How to Stretch an Image in GIMP

Typically when you’re adjusting image size in GIMP, you want to maintain a consistent aspect ratio across your transform. This scales your image evenly without any distortion, other than the inevitable blurring that occurs whenever you scale a raster image upwards.

But what if you want to get a bit weird with it? The method you should use to stretch your image depends on whether you want to stretch your entire image or just one layer in a composite that you’re working on. 

This bumblebee clearly has excellent balance, but we can increase the effect a bit by stretching the image

Stretching an Entire Image 

There are a couple of different ways you can adjust the width and height of an image in GIMP, but the easiest method is to use the Scale Image command.

Open the Image menu, and select Scale Image

The Scale Image command is fast and easy to use

GIMP opens a dialog box containing a few basic options. 

The default settings will constrain your adjustments to maintain the existing aspect ratio, which is what people usually want when they’re enlarging or shrinking an image. But if you want to actually stretch your image in GIMP, we’ll need to tweak things a little bit. 

It may not be immediately clear, but the icon highlighted above is intended to represent a chain link, indicating that the Width and Height settings are currently linked. If you change the Width setting, the Height setting changes automatically, preserving the current aspect ratio. 

It’s also not immediately clear that the chain link icon is also a toggle switch. Simply click the link in the middle and it changes into a broken chain link, allowing you to modify the Width and Height settings independently. This system is a bit of a mess from a usability perspective, but it works well enough once you know the trick. 

10% wider is a reasonable place to start, although I might have to Undo and try again

If you don’t want to do pixel calculations, it can be helpful to switch up the units from pixels to percentages. This is a bit more intuitive and may be easier to get a sense of what your final result will be since there isn’t a preview option. 

This image is stretched 10% horizontally, but it’s almost unnoticeable even when you know what the original image looks like.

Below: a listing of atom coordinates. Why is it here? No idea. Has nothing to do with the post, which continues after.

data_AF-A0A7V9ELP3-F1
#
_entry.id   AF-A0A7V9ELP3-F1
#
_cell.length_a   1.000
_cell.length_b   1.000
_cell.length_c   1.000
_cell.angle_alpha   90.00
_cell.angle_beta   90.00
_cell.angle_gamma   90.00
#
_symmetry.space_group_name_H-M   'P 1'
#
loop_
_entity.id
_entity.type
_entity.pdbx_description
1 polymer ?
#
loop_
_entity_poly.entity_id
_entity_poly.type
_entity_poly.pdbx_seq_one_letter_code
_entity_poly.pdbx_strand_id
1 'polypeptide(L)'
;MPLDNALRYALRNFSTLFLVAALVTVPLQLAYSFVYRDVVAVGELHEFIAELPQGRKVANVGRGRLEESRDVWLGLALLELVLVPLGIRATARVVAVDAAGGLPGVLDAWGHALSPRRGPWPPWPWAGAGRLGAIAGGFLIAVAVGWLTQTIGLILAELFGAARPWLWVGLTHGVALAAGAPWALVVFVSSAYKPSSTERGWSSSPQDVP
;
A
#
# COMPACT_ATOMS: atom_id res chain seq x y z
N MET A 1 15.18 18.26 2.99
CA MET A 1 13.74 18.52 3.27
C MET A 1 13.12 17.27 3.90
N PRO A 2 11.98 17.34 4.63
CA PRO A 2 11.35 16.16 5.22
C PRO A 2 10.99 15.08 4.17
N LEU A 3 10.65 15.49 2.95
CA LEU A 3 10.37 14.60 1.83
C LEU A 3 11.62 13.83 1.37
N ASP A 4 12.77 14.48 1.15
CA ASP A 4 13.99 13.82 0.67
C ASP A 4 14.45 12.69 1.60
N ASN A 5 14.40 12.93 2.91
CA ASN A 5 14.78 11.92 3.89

Just make sure that you leave the link between X resolution and Y resolution intact! You’ll get some very weirdly unexpected results if you have a different horizontal resolution than vertical resolution, and you might run into odd compatibility issues depending on your final export format. 

Stretching A Single Layer

If you’re working on a composite image and you need to stretch the size of a single layer instead of your whole image, you’ll have to follow a slightly different process. Instead of using the Scale Image command, the Unified Transform tool is your friend. 

Switch to the Unified Transform tool using the toolbox, or press the shortcut Shift + T. Click once anywhere on the active layer, and GIMP will add a set of handles to the boundaries of the layer. It can be a bit confusing at first, but it’s a great tool once you learn how each handle works. 

Square handles perform scale operations

To stretch your layer horizontally, hold down the Shift key and click the middle square handle on the right edge of the image, highlighted in yellow in the screenshot above. Drag until you’re satisfied, and then click the Transform button in the Unified Transform overlay dialog box.

If you try doing this without holding the Shift key, you’ll simply scale your layer upwards at the current aspect ratio instead of stretching it. 

Those are the simplest ways to stretch an image in GIMP! Just remember that you’ll have to be very careful not to distort your image beyond the realms of reality unless that’s what you’re trying to do. Longcat IS long, after all – but only after a bit of stretching help in an image editor like GIMP. 

About Thomas Boldt
I’ve been working with digital images since the year 2000 or so, when I got my first digital camera. I've tried many image editing programs. GIMP is a free and powerful software, but not exactly user-friendly until you get comfortable with it, and I wanted to make the learning process easier for you here.

Leave a Reply

Your email address will not be published.